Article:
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Daily Analysis 1 July 2022 (10-Minute Read)

Hello there,

A fantastic Friday to you as markets continue to flounder primarily on recession concerns and that central banks will overdo tightening, exacerbating any economic pain.

In brief (TL:DR)

  • U.S. stocks marked another day of declines on Thursday with the Dow Jones Industrial Average (-0.82%), S&P 500 (-0.88%) and the Nasdaq Composite (-1.33%) down more strongly on instantaneous GDP numbers suggesting that the U.S. economy marked zero growth in the past quarter.

  • Asian stocks were mostly lower on Friday, with the sole bright spot Australia where expectations of China's reopening buoyed sentiment.

  • Benchmark U.S. 10-year Treasury yields fell to 2.985% (yields fall when bond prices rise) as the prospect of a recession saw investors flee to safety.

  • The dollar edged higher in Asian trading.

  • Oil rebounded with August 2022 contracts for WTI Crude Oil (Nymex) (+0.23%) at US$106.00 on optimism over a possible Chinese reopening, but remained under pressure on expectations of a global recession.

  • Gold fell with August 2022 contracts for Gold (Comex) (-0.11%) at US$1,805.40 on a stronger dollar.

  • Bitcoin (+1.04%) made a surprising rebound to US$20,246, after falling to as low as US$19,000 at one stage overnight, due mainly to further liquidations of other positions in centralized crypto lenders and those associated with the fallout from Three Arrows Capital.

In today's issue...

  1. Could Wall Street's Great Inflation Trade be Over?

  2. It's All About the Oil when it comes to Rates

  3. Cryptocurrency Deleveraging is Bitter Medicine

Market Overview

As goes America, so goes the rest of the world, at least when it comes to the global economy.

With China still teetering on the brink of its own slowdown, there are growing signs that the U.S. economy may have clocked zero growth over the past quarter, with China in no shape to fill that gap or make up for the shortfall in global demand.

The once lucrative inflation trade appears to have been overbought and there are signs that commodity prices are beginning to recede, which is putting downward pressure on sentiment and asset prices.

Asian markets were mostly lower on Friday with Tokyo's Nikkei 225 (-0.88%), Seoul's Kospi Index (-0.92%) and 200 Hong Kong's Hang Seng Index (-0.62%) down, while Sydney’s ASX (+0.27%)was up marginally in the morning trading session.

1. Could Wall Street's Great Inflation Trade be Over?

  • Bets on higher inflation are waning against a backdrop of dour economic data.

  • More than an outside chance that U.S. Federal Reserve may pause rate hikes as soon as September, meaning smaller increases like 25-basis-points as opposed to the larger hikes that the market has continued to brace itself against.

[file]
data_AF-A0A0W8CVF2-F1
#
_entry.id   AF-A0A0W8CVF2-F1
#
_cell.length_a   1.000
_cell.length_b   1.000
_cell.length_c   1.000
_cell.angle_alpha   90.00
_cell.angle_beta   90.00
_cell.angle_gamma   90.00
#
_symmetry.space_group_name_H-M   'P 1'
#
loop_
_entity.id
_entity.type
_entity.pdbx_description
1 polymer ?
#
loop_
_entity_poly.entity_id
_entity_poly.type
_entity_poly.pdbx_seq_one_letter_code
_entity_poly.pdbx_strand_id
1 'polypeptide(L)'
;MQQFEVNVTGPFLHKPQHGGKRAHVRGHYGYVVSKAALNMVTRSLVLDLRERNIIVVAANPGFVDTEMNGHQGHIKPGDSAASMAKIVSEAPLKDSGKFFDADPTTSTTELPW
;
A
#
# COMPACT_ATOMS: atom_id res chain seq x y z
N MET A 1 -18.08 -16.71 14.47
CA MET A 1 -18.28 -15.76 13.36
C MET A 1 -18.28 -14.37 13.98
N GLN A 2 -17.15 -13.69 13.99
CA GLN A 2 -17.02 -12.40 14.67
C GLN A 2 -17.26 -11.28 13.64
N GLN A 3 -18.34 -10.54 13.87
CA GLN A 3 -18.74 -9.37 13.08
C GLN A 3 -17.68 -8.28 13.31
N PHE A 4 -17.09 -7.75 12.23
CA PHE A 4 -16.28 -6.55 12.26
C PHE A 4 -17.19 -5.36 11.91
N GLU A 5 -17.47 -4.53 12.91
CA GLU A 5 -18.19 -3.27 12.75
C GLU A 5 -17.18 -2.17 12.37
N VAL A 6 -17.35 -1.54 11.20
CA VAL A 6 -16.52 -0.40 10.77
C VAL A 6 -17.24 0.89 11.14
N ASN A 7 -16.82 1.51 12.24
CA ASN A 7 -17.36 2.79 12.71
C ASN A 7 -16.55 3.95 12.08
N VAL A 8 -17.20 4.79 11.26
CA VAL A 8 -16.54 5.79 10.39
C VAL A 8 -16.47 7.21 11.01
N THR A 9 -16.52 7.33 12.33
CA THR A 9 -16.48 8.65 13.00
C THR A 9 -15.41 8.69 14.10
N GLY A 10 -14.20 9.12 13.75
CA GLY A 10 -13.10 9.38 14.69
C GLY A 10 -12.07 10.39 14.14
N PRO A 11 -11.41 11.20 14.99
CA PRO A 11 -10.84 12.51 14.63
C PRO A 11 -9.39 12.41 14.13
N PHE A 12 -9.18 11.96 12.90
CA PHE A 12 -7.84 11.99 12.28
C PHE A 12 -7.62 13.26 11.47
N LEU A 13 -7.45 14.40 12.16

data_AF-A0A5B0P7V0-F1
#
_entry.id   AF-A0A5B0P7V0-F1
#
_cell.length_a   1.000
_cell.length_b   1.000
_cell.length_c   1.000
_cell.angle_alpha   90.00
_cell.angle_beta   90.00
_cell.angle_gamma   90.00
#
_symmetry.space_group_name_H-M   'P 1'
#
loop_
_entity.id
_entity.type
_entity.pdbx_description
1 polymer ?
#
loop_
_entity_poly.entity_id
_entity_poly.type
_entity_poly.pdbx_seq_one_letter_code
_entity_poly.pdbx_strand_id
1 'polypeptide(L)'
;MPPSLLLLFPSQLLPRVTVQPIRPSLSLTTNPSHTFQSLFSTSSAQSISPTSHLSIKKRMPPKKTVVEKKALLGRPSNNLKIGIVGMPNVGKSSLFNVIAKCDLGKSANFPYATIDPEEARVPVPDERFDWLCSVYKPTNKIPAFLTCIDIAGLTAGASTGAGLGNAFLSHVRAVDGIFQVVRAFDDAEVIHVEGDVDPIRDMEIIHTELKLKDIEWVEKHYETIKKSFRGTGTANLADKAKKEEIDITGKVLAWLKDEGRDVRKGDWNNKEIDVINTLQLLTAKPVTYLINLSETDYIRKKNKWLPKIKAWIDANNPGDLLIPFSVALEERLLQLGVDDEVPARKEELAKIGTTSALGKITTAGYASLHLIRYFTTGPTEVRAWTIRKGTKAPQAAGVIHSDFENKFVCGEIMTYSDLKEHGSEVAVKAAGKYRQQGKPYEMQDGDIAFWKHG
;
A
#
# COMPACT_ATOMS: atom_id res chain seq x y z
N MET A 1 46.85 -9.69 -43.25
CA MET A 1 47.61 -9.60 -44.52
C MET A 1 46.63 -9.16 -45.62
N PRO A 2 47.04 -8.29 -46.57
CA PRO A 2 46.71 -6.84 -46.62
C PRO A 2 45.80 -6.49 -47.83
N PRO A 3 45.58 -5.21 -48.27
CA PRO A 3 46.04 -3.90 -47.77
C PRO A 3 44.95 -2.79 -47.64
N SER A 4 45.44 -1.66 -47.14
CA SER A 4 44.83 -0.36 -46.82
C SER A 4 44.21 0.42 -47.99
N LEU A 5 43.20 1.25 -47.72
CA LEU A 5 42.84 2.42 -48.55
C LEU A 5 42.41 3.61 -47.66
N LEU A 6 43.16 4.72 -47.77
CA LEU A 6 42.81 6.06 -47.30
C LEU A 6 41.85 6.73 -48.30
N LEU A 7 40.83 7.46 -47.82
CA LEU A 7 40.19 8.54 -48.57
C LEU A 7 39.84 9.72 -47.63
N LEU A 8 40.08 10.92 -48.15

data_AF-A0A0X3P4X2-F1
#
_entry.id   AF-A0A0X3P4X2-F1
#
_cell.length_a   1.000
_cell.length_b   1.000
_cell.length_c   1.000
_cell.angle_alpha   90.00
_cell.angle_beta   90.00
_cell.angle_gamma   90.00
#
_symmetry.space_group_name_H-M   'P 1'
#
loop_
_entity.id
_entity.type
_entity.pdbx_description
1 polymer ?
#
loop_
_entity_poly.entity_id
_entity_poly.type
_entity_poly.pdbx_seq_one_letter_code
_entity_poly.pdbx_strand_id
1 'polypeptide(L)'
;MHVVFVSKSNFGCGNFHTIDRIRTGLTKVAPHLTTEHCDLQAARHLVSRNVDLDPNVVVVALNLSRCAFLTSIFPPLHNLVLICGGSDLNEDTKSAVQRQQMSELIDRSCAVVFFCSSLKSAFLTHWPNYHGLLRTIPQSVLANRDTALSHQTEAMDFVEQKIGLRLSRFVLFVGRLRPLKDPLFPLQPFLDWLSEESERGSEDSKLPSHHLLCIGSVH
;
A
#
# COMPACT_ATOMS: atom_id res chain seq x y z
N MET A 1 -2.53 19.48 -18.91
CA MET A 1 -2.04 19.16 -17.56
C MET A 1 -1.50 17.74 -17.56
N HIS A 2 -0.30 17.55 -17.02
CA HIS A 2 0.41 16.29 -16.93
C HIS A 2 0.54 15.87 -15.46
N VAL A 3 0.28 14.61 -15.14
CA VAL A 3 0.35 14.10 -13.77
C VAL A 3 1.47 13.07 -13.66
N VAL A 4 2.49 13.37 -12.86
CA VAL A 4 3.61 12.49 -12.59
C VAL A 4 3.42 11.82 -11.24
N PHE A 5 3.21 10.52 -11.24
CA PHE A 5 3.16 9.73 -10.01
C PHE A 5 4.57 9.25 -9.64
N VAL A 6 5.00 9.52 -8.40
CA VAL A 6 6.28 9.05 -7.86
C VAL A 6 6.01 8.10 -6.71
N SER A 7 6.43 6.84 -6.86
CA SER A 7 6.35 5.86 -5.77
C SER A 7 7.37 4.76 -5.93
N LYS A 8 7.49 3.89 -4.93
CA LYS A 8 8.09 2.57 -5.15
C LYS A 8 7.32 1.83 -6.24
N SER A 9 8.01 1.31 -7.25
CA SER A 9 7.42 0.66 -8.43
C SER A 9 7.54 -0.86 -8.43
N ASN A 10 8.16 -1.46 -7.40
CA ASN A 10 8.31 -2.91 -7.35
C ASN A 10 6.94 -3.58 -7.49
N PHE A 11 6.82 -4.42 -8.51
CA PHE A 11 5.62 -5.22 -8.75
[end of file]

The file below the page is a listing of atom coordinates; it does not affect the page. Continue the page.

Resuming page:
With inflation bets on Wall Street coming down from their record highs, the U.S. Federal Reserve may be able to claim a provisional victory as economic indicators suggest that the much-feared commodities supercycle was not to be.

Bond-acquired expectations for price growth over the next few years are declining, together with the reversal of a breakout from value stocks and easing of commodity prices.

There are signs that this year’s once-profitable inflation trade has peaked, creating an environment which threatens cross-asset trading.

The Fed’s policy tightening is beginning to yield tangible easing of price pressures, which should help businesses plan their next phase with a higher degree of certainty.

Speaking with Bloomberg, Chief Global Strategist at Principal Global Investors Seema Shah suggests that “US inflation is likely close to peaking,” adding that consumers are shifting away from consumer goods and consuming more services amidst a slowdown in overall demand, hence “core goods price pressures are becoming more deflationary”.

Since March, a slew of commodities has tanked to their lowest levels in months, and US$1.9 billion Invesco DB Agriculture exchange-traded fund is facing its largest cash withdrawal since 2008, with US$235 million pulled from the fund.

There are growing signs that the U.S. economy may already be in a recession, with GDP growth over the past quarter likely to come in at zero and a more than outside chance the inflation print for June will come in lower than the white-hot CPI of 8.6% in May.

If inflation indeed moderates, then any further tightening in July may not necessarily usher in a fresh correction in risk assets, because it’s likely that this quarter will see the U.S. economy actually shrink and indeed, it’s entirely possible for the Fed to “pause” rate hikes in September.

But pausing rate hikes isn’t necessarily cutting interest rates, merely slowing the pace of increases and that has implications for all manner of risk assets on the upside.

2. It's All About the Oil when it comes to Rates

  • U.S. Federal Reserve is narrowing the distinction between headline inflation and core inflation, to consider more volatile food and fuel prices when it comes to setting policy.

  • Move by the Fed to include fuel prices in its consideration may result in unintended consequences as monetary policy is a blunt tool to use on rising energy costs.